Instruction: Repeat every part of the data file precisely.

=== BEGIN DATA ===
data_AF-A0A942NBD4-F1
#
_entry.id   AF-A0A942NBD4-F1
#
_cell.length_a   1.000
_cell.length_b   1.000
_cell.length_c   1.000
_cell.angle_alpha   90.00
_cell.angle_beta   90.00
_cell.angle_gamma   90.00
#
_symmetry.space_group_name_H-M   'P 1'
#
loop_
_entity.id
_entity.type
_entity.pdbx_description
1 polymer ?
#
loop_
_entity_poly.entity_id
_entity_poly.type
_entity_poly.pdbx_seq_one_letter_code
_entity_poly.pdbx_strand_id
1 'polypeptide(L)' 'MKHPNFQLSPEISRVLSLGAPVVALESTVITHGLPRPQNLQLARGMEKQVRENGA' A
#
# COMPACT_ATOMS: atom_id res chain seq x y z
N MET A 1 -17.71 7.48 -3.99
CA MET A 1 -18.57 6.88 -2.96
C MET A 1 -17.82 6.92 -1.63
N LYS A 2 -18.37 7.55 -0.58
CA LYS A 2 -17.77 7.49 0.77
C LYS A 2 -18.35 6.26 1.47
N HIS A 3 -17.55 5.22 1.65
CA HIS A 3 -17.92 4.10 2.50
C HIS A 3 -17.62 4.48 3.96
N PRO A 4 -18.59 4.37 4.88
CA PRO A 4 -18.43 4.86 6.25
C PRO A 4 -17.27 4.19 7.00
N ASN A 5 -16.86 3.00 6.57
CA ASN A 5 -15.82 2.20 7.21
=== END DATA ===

data_AF-A0A942NBD4-F1
#
_entry.id   AF-A0A942NBD4-F1
#
_cell.length_a   1.000
_cell.length_b   1.000
_cell.length_c   1.000
_cell.angle_alpha   90.00
_cell.angle_beta   90.00
_cell.angle_gamma   90.00
#
_symmetry.space_group_name_H-M   'P 1'
#
loop_
_entity.id
_entity.type
_entity.pdbx_description
1 polymer ?
#
loop_
_entity_poly.entity_id
_entity_poly.type
_entity_poly.pdbx_seq_one_letter_code
_entity_poly.pdbx_strand_id
1 'polypeptide(L)' 'MKHPNFQLSPEISRVLSLGAPVVALESTVITHGLPRPQNLQLARGMEKQVRENGA' A
#
# COMPACT_ATOMS: atom_id res chain seq x y z
N MET A 1 -17.71 7.48 -3.99
CA MET A 1 -18.57 6.88 -2.96
C MET A 1 -17.82 6.92 -1.63
N LYS A 2 -18.37 7.55 -0.58
CA LYS A 2 -17.77 7.49 0.77
C LYS A 2 -18.35 6.26 1.47
N HIS A 3 -17.55 5.22 1.65
CA HIS A 3 -17.92 4.10 2.50
C HIS A 3 -17.62 4.48 3.96
N PRO A 4 -18.59 4.37 4.88
CA PRO A 4 -18.43 4.86 6.25
C PRO A 4 -17.27 4.19 7.00
N ASN A 5 -16.86 3.00 6.57
CA ASN A 5 -15.82 2.20 7.21